“Look what the cat drug in! OK, I got plenty of time Sam, so…?”
“They are taking me in to the Advance Force operations squadron, George.”
“Congratulation Sam, you’re all grown up now brother!”
“They are taking you next, George. I can’t tell you when you will get the call, but… this Sunday is Mothers’ day, and I am pretty sure you will have a nice Mothers’ day, but after that…”
“Ok thanks for that. But, why didn’t you take the shirt?
“No good reason, just when it came right down to it I stared at it for a few and just decided not to take it. Ok, I’ve got to go now; have of good one George”
We went opposite ways to different things. “Oh, and one more thing, George…”
“Yeah whats that, GD?”
“When you do get the call, don’t bother bringing the shirt.” and he burst out in his derisive laugh.
“Damn him” I thought “he is just not really a completely happy person unless his his screwing me over every chance he gets. “Hey, I’m here for you, Sam.” And so it went.
I did get called as Sam had said, and completed some weeks of whirlwind training that took place solely in the United States. By the completion of the stateside iteration, which I thought was the greatest adventure on Earth, it came to pass unawares, that there was a second half of this selection process took place all overseas. I would learn that I was wrong about the stateside evolution being great, for it was a matter of fact that the overseas journey was truly and unequivocally The Greatest Adventure on Earth!
Waterborne training (L-R): Sam Foster, Jamie W., Steve T. Front: John P.
So it happened that we we had a very welcomed four-day weekend before us. As Sam drove home that Thursday evening he began to experience pain in his side, a cramp-like pain that you get in your side when you run too hard. By the time he was home in the evening the pain became acute, such that he beaconed his wife to take him to a hospital emergency ward. There, he was diagnosed an appendicitis, and his appendix removed. He was then sent home to recover.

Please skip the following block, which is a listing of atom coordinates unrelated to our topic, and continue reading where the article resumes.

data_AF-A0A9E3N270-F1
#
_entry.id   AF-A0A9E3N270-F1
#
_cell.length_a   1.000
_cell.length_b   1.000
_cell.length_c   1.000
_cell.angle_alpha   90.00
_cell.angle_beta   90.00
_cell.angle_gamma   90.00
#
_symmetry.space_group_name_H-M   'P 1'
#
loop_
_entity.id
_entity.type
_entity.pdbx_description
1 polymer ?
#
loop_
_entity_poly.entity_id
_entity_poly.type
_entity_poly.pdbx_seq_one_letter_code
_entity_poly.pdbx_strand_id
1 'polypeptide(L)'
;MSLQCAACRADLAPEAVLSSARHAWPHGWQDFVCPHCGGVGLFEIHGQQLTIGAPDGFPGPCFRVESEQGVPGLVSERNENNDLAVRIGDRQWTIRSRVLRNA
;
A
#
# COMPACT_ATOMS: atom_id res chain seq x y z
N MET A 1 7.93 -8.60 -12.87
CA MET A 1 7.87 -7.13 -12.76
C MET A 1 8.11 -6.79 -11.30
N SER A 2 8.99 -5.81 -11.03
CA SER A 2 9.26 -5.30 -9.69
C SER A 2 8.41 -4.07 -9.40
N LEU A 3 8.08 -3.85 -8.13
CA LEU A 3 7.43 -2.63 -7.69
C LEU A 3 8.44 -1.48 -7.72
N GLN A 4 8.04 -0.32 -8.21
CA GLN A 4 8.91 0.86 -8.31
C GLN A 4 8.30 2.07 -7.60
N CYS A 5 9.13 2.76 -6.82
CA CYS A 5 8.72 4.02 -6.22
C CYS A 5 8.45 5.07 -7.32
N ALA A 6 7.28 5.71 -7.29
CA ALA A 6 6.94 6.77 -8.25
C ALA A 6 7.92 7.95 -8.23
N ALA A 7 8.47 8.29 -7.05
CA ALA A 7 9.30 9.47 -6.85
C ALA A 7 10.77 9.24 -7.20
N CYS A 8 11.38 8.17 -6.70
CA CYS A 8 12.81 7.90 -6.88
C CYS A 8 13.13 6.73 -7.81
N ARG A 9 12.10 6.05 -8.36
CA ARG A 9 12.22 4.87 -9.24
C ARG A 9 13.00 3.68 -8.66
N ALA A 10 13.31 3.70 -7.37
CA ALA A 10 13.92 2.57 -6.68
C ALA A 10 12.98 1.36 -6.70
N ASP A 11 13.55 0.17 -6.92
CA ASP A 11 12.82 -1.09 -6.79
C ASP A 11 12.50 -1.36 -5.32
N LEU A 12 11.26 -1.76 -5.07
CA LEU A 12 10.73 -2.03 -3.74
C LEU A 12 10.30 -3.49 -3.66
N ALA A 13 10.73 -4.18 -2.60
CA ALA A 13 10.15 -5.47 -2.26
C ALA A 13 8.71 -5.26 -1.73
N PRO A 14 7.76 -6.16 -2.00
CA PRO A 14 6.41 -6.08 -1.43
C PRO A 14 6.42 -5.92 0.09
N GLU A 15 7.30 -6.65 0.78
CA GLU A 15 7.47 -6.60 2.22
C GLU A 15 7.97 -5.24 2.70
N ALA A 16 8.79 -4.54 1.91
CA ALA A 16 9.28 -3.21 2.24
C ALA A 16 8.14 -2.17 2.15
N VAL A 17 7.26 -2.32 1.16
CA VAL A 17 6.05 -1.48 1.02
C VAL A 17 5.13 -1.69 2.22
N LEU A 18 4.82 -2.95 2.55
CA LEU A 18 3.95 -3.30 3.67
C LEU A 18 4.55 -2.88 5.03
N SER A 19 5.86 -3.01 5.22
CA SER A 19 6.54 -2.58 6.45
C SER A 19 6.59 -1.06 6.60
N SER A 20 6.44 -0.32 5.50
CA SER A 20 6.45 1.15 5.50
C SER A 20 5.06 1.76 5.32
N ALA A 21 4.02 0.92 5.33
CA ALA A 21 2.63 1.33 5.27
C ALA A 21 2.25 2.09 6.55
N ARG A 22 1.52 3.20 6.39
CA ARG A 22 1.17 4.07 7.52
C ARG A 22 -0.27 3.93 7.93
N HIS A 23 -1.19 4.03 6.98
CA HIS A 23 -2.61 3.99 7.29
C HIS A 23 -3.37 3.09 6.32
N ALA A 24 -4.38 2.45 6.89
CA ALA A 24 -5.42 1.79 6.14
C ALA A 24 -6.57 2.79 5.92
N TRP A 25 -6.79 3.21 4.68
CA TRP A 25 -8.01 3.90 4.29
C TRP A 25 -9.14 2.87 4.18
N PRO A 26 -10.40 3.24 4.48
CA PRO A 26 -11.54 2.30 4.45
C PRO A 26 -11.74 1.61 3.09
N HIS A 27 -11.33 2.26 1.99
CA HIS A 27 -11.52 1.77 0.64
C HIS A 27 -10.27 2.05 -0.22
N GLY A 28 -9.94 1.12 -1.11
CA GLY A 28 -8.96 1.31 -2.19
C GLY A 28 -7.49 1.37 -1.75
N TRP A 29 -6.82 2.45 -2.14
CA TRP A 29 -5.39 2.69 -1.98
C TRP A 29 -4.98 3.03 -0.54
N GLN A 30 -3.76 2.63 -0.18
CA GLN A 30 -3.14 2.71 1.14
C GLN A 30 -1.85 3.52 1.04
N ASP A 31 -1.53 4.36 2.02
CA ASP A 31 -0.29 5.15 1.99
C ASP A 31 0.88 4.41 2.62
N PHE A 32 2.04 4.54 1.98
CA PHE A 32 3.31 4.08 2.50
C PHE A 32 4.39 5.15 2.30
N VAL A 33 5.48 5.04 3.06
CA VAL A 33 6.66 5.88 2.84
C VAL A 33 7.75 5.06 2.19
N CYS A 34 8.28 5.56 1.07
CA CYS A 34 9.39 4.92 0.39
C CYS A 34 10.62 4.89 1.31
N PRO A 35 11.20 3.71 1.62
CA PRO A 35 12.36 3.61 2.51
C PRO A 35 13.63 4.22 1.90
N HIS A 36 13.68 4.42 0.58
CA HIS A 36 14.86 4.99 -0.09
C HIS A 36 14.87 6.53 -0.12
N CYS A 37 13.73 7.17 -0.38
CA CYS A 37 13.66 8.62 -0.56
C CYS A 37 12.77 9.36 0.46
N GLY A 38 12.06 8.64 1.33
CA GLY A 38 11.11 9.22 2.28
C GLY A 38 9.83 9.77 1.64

Tuesday morning, finishing a PT run, I ran past Sam who was just setting out on a slow jog, gimp-slower than his usual Winged Mercury pace.
“Hey, get some, Sam!”
I turned when I heard another voice behind me holler at Sam: “Hey fuzz-nuts, why are you running like a three legged dog?” It was none other than than the Unit commander, then Colonel Jerry Boykin.
“I had my appendix taken out this weekend, Sir.”
“What the… come here, fuzz-nuts.”
Sam trotted over the Jerry and had a brief exchange. He then turned and started to walk back toward me, holding his side. “I’m to take it easy… and that’s an order!” Sam briefed.
“Sam, WTF you had your appendix removed THIS weekend??”
It made for a great story over breakfast. Sam was the right man for Delta; the Unit got a really good deal in good-deal-Sam.
Sam (upper) conducting Urban training with he British 22 Special Air Service (SAS), Hereford, England 1993